A blog about patent, copyright and trademark law in the U.S. District Court
for the Southern District of New York

Court Dismissed Patent and Trademark Infringement Claims on Exhaustion and First Sale Grounds

In an April 23, 2014 ruling, Judge Paul A. Engelmayer dismissed the plaintiff’s patent infringement claims on the grounds of exhaustion and dismissed the trademark infringement claims because the goods at issue were genuine even if they had been sold in unauthorized markets. With regard to patent exhaustion, there was no dispute that the patented goods had been purchased from the patent owner exhausting the patent protection, although the plaintiff contended that they had been sold in violation of contractual restrictions. Relying on the Supreme Court’s decision in Quanta Computer, Inc. v. LG Elecs., Inc., 553 U.S. 617 (2008), Judge Engelmayer ruled that the patent protection was exhausted despite the contractual breach, writing that “Quanta precludes the argument that any failure by a party to abide by any contractual condition in an agreement involving a patented device will revive an otherwise exhausted patent so as to permit the patentholder to sue for infringement, as opposed to, e.g., breach of contract.”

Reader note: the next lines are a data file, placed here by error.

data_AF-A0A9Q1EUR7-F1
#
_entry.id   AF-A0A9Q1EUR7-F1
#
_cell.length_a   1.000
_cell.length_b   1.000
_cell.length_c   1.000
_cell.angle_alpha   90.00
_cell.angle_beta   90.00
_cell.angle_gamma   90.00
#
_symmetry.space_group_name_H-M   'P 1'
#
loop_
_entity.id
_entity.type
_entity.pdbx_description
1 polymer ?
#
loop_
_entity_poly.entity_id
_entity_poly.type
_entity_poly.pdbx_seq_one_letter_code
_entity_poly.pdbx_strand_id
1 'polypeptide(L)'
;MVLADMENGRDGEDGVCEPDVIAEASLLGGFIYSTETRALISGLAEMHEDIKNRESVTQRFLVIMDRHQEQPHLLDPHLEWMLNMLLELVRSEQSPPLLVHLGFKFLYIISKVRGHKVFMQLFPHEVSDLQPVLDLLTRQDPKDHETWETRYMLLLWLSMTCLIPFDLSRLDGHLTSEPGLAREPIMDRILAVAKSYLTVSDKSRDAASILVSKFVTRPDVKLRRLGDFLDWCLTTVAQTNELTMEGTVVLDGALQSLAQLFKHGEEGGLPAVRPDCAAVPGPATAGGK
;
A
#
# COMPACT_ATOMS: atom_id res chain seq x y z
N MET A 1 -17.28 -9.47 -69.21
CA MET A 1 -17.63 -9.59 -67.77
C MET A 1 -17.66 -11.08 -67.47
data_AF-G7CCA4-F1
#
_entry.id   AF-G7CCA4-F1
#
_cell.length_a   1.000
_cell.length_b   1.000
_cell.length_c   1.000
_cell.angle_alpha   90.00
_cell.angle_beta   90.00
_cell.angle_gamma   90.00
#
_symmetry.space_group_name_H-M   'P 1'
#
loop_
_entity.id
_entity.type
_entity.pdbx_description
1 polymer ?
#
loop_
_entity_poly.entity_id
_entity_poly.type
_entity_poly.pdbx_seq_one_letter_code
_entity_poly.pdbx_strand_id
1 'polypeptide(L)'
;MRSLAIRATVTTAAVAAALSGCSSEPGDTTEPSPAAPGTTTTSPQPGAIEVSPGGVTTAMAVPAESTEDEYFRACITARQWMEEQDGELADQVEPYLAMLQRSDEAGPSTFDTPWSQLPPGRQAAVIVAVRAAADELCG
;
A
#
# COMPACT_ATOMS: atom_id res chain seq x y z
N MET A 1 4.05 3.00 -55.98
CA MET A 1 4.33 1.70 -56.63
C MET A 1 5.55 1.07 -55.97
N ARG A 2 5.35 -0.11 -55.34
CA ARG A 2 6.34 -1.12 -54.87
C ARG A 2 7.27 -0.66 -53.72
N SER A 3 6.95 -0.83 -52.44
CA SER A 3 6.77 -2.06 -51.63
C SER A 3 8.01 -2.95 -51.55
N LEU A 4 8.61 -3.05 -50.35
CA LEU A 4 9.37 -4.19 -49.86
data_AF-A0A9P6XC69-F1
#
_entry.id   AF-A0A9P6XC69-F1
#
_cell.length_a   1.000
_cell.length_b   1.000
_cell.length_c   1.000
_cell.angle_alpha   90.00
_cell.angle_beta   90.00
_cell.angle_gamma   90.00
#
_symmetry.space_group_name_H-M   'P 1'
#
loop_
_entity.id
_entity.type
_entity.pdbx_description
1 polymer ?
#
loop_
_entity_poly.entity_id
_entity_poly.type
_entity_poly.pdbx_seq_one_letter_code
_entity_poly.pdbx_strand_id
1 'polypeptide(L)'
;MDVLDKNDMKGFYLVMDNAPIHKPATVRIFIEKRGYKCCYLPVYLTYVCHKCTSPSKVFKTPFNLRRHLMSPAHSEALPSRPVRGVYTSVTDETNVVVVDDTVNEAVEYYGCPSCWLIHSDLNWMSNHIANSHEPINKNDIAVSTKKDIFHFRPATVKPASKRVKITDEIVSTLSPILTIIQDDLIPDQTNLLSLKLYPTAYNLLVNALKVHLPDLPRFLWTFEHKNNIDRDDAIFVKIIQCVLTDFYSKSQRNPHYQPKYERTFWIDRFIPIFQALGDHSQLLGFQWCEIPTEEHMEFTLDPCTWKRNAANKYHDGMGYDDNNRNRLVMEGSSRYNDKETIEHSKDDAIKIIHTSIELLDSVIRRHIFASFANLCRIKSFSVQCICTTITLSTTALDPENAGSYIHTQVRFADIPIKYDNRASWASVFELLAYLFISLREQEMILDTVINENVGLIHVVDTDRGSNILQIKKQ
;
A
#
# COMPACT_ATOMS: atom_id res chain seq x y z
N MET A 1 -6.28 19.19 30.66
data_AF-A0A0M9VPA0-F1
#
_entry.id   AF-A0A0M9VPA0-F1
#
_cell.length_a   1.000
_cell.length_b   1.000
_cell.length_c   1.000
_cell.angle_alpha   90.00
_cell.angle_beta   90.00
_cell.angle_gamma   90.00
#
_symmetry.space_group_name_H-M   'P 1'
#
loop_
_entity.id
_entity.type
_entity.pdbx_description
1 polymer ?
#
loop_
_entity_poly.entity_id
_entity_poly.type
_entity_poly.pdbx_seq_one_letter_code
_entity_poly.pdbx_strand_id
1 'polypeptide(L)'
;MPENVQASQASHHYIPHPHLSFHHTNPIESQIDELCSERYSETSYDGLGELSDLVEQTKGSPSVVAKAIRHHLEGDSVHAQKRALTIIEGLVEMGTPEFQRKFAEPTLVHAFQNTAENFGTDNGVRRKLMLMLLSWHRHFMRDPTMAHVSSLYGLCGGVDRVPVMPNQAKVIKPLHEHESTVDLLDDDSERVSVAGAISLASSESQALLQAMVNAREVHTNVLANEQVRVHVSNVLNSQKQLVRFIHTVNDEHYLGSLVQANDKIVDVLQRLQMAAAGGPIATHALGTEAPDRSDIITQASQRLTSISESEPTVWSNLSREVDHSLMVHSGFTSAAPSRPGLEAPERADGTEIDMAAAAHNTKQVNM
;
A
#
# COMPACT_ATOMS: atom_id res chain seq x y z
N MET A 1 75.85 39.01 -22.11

The Court dismissed the plaintiff’s trademark-related claims on analogous grounds of the “first sale doctrine.” Judge Engelmayer wrote that there can be no trademark infringement if genuine goods are at issue even if those goods are sold in violation of contractual restrictions.

In a follow up May 7, 2014 ruling, Judge Engelmayer declined to exercise supplemental jurisdiction over the remaining state law claims, and dismissed the entire action.

Court Dismisses Copyright Declaratory Judgment Action Finding No “Actual Controversy”

In an April 21, 2014 ruling, Judge Valerie Caproni dismissed the plaintiff’s declaratory judgment action seeking ownership of the copyright in certain computer code, finding that there is no “‘case or controversy’ for the purposes of Article III of the United States Constitution.” The Court first found that there is subject matter jurisdiction because the “Complaint appears to reflect a dispute between the parties over whether and, if so, how the ‘work for hire’ doctrine applies.” Judge Caproni nevertheless dismissed the case because there was no “actual controversy” between the parties, finding that regardless “of this lawsuit, [the plaintiff] can exercise ownership rights unencumbered by [the defendant] and without fear of legal action for anything other than delivery of allegedly non-conforming goods – a suit that has already been filed in New York state court.” The Court also denied an award of attorneys’ fees to the defendant, finding that “both parties bear the blame” for litigating the case.